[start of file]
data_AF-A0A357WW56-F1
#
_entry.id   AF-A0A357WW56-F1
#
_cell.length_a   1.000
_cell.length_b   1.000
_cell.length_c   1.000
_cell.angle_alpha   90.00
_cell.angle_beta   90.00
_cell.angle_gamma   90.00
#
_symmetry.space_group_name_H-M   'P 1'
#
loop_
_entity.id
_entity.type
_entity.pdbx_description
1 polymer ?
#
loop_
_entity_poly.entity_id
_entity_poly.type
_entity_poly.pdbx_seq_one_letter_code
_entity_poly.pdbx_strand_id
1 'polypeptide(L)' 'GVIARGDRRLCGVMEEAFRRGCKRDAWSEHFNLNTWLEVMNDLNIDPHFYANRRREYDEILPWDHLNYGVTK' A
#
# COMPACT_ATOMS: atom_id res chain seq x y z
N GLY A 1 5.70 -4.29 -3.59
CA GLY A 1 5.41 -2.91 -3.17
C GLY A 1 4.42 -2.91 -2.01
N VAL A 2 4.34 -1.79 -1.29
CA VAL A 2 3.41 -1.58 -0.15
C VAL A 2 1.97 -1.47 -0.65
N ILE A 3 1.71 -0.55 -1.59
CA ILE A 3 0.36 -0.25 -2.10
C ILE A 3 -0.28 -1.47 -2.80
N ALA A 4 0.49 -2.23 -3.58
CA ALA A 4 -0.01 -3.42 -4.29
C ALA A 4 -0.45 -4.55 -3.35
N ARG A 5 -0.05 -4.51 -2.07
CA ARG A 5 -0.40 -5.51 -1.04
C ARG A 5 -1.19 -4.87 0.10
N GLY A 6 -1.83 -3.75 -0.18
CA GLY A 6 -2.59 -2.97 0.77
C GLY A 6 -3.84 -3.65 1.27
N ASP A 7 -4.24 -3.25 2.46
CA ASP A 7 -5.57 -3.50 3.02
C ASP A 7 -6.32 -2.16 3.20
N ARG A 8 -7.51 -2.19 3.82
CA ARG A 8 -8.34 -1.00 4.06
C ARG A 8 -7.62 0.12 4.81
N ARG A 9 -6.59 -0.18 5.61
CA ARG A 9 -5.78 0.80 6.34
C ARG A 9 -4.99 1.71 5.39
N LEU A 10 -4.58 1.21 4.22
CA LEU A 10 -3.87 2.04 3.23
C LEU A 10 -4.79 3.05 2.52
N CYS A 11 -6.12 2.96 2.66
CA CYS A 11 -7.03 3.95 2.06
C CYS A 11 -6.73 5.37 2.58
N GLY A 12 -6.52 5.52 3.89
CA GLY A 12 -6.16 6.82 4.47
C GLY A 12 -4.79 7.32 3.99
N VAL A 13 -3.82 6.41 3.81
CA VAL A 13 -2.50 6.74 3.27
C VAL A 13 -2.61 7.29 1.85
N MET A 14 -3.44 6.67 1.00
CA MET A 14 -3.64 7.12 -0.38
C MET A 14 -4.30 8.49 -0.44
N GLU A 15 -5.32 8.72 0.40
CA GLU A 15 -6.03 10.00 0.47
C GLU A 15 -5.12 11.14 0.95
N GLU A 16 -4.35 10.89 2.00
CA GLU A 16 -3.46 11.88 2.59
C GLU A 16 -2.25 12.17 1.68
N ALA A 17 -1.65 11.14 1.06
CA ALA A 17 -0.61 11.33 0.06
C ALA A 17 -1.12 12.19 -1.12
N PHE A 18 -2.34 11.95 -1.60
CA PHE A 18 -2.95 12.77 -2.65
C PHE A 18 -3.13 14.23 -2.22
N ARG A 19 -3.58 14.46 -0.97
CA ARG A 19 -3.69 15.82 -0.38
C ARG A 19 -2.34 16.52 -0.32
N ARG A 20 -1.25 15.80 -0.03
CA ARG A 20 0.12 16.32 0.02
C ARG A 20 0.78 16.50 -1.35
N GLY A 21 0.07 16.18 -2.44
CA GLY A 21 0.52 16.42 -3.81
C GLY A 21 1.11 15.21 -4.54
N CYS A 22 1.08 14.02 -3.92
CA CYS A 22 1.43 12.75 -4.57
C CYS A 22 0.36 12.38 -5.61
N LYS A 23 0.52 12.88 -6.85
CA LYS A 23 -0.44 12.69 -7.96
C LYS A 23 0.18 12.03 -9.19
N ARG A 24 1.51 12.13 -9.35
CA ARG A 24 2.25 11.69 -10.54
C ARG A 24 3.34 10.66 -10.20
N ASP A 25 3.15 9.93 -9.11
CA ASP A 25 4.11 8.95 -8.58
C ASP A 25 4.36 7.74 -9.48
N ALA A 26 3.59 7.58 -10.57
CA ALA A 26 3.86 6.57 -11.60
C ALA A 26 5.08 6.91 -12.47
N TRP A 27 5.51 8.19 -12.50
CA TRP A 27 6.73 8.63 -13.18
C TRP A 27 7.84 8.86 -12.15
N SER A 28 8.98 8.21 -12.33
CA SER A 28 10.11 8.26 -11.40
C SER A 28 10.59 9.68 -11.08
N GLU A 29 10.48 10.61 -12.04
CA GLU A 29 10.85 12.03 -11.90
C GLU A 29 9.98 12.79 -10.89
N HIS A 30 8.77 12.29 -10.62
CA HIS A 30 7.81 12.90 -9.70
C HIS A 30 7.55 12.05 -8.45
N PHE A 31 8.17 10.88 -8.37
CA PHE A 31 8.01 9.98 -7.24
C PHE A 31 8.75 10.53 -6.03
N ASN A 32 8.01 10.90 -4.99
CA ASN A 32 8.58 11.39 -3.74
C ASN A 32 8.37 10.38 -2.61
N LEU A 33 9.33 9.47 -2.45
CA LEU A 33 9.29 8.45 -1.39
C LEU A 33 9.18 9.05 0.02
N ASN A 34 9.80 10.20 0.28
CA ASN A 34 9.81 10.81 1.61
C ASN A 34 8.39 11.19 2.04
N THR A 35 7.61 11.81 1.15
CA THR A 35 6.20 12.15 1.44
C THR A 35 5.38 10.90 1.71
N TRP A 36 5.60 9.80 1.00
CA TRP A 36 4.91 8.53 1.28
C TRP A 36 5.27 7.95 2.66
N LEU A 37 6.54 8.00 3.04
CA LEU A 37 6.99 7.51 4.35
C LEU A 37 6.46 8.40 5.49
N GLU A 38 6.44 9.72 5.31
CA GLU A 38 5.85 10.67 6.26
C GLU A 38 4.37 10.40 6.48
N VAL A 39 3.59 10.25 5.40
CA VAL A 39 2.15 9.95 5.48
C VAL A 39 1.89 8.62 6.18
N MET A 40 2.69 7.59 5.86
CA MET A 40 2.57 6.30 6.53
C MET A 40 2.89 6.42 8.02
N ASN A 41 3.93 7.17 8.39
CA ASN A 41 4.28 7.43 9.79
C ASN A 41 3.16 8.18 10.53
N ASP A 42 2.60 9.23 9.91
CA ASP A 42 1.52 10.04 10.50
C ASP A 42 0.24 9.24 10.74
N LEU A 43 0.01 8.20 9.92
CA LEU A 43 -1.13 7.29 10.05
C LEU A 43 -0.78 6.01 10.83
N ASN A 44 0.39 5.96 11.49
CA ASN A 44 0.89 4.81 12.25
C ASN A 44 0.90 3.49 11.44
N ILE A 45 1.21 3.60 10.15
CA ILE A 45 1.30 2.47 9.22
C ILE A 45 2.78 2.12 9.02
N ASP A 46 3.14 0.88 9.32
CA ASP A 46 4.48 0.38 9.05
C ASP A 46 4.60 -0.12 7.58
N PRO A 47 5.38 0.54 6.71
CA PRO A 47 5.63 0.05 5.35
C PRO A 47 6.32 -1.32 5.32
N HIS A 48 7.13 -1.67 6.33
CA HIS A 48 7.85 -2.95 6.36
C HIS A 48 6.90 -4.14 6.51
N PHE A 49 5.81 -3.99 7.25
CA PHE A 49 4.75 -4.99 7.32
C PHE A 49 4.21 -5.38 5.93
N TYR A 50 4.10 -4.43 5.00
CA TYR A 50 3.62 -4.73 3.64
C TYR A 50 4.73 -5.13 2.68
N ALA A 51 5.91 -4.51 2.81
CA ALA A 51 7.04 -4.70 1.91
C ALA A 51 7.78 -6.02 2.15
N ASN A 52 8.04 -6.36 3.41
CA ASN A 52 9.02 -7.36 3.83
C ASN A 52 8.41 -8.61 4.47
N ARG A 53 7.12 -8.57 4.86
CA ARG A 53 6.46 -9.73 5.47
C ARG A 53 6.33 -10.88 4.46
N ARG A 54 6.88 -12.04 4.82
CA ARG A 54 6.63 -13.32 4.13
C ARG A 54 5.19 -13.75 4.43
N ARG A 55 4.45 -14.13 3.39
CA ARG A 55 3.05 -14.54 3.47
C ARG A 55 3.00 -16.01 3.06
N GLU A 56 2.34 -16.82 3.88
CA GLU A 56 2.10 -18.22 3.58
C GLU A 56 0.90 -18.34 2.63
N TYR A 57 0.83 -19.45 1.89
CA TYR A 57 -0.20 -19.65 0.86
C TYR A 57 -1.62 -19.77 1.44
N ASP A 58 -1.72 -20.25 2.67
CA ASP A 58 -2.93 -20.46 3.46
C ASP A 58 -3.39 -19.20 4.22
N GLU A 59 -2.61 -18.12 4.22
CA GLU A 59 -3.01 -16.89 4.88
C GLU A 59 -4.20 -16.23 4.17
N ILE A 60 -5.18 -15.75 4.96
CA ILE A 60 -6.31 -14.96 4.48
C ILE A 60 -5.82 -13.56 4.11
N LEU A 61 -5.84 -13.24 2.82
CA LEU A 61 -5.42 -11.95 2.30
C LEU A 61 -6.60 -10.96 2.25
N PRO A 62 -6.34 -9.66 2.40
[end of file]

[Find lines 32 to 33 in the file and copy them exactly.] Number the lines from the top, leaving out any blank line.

CA VAL A 2 3.41 -1.58 -0.15
C VAL A 2 1.97 -1.47 -0.65